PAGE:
The Cat and The Canary: The Great Escape, an essay by Ilene Dover at

The Cat and The Canary: The Great Escape

The Cat and The Canary

The Great Escape

written by: Ilene Dover


The cat came to me as an unwanted orphan. In a moment of weakness, I felt sorry for the little thing so I took it in as my new pet. I lived by myself and I supposed the cat could be welcomed company. Since it was black with a spot of white on its chest, I decided I would call it ‘Tuxedo’ or ‘Tux’ for short. Tux and I seemed to adjust quite well. This smart and affectionate animal slipped into my routine like an adult child coming back home to roost. (a well-oiled glove at a proctologist’s.)

Tux slept obediently at the foot of my bed on his blanket. In the morning, when he sensed I’d be waking up, he’d tiptoe (cats only tiptoe) up the bed and curl up on my chest. We’d start the day with this 10 minute ritual, nose to nose, purring and patting. One thing I really liked about Tux was that he never wailed early in the morning. I think he sensed his life would be in danger if he did. So life was good. And then I got the canary.

I had a very kind friend who thought I should have the song of a canary fill up the silence in my home. He was convinced I would love it. I was a bit hesitant at first because cats are hunters and they hunt birds and I had a cat. I mused that the chirping of a canary might be the closest sound to what God must sound like if he had a voice. Once that image took hold in my imagination, I came to support the idea with enthusiasm. My sister, Susan, had a huge bird cage that she no longer needed for her budgies because, much to her delight, they died.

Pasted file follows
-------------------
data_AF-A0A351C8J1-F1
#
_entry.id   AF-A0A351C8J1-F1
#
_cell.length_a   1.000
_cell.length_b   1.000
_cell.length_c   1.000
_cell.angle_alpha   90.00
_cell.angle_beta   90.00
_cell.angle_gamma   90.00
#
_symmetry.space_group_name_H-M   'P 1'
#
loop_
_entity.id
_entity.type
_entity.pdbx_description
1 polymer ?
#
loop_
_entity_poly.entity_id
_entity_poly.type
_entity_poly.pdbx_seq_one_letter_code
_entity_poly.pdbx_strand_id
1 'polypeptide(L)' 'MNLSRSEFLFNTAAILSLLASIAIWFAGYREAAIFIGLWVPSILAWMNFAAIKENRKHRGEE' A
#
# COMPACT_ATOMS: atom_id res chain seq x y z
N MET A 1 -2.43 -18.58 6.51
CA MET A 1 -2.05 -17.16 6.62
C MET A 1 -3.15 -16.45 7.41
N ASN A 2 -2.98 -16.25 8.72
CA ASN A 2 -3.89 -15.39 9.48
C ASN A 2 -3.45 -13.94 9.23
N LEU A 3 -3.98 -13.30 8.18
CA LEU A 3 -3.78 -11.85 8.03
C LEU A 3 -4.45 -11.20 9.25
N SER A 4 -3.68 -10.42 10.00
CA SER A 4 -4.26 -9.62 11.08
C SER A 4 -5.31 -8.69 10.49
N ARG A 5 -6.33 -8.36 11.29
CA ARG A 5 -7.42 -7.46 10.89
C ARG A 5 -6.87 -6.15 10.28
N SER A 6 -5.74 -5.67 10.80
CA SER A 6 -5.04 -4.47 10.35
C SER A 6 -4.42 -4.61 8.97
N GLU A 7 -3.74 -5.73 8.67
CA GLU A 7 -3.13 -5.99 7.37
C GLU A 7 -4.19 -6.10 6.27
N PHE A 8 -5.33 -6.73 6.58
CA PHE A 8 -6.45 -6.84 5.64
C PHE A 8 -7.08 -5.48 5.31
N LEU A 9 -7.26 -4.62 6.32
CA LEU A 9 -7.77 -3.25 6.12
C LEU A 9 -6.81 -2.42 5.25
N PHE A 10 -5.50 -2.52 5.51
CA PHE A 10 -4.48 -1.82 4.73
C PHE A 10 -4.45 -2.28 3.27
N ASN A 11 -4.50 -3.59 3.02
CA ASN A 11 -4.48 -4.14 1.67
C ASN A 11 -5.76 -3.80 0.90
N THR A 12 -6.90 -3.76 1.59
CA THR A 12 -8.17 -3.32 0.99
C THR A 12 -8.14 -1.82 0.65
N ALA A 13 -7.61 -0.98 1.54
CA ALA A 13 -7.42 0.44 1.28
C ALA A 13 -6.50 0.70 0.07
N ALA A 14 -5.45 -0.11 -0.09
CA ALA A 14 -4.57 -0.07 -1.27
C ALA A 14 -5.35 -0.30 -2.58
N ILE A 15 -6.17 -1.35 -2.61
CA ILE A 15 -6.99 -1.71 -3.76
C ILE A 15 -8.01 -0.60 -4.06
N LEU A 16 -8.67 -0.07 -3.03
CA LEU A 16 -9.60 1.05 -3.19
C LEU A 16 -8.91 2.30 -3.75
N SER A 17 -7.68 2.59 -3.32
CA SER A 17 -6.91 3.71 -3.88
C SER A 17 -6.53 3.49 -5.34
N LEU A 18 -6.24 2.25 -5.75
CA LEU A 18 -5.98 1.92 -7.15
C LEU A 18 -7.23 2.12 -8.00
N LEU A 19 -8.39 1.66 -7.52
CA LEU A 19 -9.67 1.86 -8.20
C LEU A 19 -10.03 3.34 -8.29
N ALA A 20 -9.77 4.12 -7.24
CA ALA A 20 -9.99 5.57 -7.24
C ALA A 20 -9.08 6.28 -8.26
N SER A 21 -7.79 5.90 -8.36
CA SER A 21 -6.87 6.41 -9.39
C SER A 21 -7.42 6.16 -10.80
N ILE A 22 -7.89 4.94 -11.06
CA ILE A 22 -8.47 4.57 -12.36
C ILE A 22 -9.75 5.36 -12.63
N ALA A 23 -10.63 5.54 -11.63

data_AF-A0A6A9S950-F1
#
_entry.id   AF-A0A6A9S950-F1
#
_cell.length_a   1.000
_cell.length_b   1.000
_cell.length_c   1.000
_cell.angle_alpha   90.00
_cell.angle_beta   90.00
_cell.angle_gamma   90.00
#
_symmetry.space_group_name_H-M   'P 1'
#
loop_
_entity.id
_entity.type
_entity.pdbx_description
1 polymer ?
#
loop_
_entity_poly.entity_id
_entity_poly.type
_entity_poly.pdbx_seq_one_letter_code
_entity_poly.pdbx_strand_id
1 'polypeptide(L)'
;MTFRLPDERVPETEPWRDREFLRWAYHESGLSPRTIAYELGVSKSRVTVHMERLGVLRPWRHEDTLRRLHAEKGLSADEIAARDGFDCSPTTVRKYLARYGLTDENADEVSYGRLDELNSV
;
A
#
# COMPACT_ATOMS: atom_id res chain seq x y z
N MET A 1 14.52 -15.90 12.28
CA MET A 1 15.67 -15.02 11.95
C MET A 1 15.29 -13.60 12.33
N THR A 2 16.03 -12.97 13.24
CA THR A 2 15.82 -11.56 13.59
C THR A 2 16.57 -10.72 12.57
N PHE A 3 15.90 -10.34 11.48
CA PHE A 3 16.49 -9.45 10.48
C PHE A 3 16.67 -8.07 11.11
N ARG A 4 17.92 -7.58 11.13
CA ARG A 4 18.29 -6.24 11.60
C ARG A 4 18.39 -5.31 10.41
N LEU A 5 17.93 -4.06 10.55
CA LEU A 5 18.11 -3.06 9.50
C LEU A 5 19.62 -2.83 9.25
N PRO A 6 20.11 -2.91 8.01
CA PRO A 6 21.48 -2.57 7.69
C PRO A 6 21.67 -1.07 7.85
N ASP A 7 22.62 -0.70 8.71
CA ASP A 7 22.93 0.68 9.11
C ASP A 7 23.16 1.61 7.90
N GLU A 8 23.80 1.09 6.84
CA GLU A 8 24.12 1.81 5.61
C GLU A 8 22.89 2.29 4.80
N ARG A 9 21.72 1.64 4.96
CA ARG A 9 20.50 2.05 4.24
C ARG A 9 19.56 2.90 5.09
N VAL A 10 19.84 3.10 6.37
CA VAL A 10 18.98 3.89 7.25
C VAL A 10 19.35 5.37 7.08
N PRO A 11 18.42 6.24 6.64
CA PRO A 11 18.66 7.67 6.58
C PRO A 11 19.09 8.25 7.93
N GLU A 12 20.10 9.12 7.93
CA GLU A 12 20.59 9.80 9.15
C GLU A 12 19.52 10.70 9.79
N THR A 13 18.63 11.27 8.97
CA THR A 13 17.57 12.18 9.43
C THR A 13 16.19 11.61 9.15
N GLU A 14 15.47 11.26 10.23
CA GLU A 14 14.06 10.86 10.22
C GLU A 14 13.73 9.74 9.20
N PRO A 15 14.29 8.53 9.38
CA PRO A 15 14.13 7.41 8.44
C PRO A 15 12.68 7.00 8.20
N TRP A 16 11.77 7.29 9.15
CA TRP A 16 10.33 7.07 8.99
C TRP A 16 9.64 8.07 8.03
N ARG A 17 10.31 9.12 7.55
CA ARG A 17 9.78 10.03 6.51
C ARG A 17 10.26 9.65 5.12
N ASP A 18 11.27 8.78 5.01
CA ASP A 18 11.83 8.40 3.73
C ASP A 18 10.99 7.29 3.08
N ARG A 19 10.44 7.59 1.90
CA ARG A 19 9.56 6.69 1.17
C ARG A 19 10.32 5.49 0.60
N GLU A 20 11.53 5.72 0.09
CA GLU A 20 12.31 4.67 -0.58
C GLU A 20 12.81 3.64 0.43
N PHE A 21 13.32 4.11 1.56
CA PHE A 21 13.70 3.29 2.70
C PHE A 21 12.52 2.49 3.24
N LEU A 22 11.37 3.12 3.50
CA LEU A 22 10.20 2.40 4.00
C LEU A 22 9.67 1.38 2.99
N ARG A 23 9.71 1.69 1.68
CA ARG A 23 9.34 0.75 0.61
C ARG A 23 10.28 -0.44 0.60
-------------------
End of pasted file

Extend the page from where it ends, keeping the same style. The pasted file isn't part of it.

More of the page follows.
I had an extra bedroom in my bungalow which I dedicated to the bird. I refrained from calling him ‘God’ so as not to offend anyone, although I really thought it apt. I settled for ‘Happy.’ I rigged up an automatic door closer on Happy’s bedroom door thereby outsmarting my cat. There was no way now that Tux could have access to the singing prey. I fixed up the old bird cage and was quite pleased with the results. If Happy couldn’t be flying free in the tropics, he would be quite content in his new home. The mirror convinced him he had a buddy, you see birds’ brains are VERY small. He loved his buddy and he sang to him with the voice of an angel, or perhaps even the voice of God. I felt endless pleasure listening to his melodious song fill the quiet, empty spaces in my house.